Work-life balance and the need for flexibility (or lack of) emerge as two key factors affecting career decisions in anaesthesia.

The report also finds that conversations between staff and managers about career progression and retirement to support succession planning in departments do not happen consistently, leading to cliffedge situations where too little time is left to offer flexibilities required for those who would like to continue to contribute. This is further compounded by perverse pension taxation incentives which essentially encourage doctors to retire, rather than continue to work. 

The findings also tell us that decisions about flexibilities cannot be taken in isolation and that tailored solutions need to be discussed across teams to ensure that everyone can benefit from the same flexible approach thus fostering a culture of support and collaboration between those who require adjustments and those who require fewer, if any.

It’s also important for individuals to recognise any changes in cognitive and physical abilities and for staff to be able to have honest conversations with managers about any adjustments that might be required without fear of repercussion on their careers.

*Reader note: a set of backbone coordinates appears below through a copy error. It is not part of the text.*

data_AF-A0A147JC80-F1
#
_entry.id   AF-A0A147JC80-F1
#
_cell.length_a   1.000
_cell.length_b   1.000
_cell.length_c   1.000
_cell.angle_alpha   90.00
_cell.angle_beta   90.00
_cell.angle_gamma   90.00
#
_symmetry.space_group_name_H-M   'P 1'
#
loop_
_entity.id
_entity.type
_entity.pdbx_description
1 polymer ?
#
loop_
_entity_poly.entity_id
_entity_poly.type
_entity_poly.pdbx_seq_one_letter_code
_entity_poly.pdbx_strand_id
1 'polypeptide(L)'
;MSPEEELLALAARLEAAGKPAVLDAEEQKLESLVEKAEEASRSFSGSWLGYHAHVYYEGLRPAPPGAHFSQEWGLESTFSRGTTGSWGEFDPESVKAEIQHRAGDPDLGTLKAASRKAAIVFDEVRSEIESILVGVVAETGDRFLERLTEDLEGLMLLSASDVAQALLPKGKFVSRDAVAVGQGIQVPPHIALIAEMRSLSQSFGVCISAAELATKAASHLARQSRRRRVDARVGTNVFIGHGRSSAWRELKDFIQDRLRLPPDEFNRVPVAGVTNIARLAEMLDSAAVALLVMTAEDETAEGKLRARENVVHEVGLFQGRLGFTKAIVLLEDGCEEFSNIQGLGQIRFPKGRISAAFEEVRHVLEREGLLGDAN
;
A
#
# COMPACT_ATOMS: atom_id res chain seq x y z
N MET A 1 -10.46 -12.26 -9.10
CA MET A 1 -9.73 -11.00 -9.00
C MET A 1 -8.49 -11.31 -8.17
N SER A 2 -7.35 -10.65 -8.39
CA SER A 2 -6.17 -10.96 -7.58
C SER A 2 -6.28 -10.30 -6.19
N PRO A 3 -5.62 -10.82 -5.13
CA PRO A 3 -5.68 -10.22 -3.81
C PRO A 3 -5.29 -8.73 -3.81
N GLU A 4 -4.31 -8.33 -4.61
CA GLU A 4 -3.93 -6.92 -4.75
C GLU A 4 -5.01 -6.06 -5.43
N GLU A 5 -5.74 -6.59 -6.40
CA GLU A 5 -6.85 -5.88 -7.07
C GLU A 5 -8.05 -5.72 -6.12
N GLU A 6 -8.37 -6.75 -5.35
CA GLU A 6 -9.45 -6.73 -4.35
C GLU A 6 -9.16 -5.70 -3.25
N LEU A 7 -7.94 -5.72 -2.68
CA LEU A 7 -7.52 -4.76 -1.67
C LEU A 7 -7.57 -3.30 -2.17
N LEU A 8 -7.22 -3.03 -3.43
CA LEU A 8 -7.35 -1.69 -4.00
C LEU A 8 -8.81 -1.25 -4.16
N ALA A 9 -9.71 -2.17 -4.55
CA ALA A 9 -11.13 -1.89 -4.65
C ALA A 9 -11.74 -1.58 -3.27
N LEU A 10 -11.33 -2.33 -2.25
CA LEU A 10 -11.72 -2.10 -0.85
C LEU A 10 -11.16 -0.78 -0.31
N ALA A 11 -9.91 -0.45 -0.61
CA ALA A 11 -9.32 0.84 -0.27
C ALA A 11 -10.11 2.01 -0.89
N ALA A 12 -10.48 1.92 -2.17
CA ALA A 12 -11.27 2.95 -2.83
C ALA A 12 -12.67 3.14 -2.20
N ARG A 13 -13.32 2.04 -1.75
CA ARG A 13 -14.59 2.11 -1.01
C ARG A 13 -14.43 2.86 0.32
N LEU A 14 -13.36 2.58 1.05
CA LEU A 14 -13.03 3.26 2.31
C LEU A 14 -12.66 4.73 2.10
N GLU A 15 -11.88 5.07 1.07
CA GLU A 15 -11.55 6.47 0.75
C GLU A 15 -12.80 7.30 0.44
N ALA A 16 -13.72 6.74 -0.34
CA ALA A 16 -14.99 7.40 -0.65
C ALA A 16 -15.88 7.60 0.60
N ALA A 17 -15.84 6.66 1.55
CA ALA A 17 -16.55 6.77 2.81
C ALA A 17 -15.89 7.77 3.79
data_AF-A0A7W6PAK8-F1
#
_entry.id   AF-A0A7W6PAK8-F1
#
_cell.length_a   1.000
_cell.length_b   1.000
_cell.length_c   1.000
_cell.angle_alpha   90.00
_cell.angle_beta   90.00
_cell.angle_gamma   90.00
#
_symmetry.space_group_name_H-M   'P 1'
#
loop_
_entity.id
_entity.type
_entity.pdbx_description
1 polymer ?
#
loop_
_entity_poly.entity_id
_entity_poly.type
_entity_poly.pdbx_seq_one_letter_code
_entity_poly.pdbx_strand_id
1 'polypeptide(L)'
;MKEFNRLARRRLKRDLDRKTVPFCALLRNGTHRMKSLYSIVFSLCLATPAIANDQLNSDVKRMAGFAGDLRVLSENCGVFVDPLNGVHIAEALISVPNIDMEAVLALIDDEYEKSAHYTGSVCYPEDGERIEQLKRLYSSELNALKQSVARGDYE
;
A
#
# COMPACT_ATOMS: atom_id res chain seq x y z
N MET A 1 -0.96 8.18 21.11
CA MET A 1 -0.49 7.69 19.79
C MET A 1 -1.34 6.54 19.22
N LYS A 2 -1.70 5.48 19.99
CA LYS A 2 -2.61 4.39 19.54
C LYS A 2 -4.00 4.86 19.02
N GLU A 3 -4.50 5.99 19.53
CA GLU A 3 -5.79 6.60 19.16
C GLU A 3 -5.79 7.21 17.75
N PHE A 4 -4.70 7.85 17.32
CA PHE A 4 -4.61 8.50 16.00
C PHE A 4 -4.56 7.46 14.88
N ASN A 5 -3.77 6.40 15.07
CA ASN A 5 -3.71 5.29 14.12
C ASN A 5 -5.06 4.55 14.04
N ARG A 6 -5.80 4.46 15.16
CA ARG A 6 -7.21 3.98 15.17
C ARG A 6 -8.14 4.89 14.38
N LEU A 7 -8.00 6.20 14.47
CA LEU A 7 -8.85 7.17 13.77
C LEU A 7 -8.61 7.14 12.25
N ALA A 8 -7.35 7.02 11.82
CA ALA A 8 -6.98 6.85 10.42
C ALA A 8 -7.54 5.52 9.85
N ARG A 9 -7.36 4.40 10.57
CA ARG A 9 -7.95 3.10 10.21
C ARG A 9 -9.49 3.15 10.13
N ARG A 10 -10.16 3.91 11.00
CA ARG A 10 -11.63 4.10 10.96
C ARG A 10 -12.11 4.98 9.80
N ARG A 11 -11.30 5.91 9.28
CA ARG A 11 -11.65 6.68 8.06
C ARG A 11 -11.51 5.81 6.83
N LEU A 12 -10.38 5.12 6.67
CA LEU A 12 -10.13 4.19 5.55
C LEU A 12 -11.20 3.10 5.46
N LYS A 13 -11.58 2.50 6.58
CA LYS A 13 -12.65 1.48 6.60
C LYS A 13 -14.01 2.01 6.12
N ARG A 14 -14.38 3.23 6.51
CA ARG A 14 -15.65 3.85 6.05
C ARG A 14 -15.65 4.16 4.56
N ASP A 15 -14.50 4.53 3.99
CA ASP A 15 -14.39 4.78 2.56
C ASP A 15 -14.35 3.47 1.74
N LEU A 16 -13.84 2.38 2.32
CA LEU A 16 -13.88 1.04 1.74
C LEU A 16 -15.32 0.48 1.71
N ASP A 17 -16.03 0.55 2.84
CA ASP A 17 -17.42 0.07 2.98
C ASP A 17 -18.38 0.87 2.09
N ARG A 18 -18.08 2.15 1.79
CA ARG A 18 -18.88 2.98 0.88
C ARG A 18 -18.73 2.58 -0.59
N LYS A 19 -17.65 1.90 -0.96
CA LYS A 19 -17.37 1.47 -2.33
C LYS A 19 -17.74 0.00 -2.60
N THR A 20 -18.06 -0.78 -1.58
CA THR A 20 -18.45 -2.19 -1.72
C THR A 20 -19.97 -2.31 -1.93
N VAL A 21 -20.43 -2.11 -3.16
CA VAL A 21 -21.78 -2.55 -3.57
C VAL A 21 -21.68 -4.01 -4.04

The issue of chronic excessive workload is of particular concern and the report makes recommendations for Government and NHS leaders to address this urgently. In the long term this can only be resolved by investing in the expansion of the anaesthetic workforce to fill existing gaps and to ensure it can meet the demands for anaesthetic services driven by population needs. In the short term by ensuring all targets for reducing the waiting lists allow time for staff to recuperate from the effects of the pandemic.

 

Summary of recommendations for improving retention of staff in anaesthesia

What individuals can do
  • Individuals should make use of available resources and take annual leave and time they need to look after themselves and recuperate.
  • Individuals requesting flexible working and adjustments should be mindful of the impact of these requests on other team members and should be open to discussing options and solutions with managers and colleagues which work for the whole team.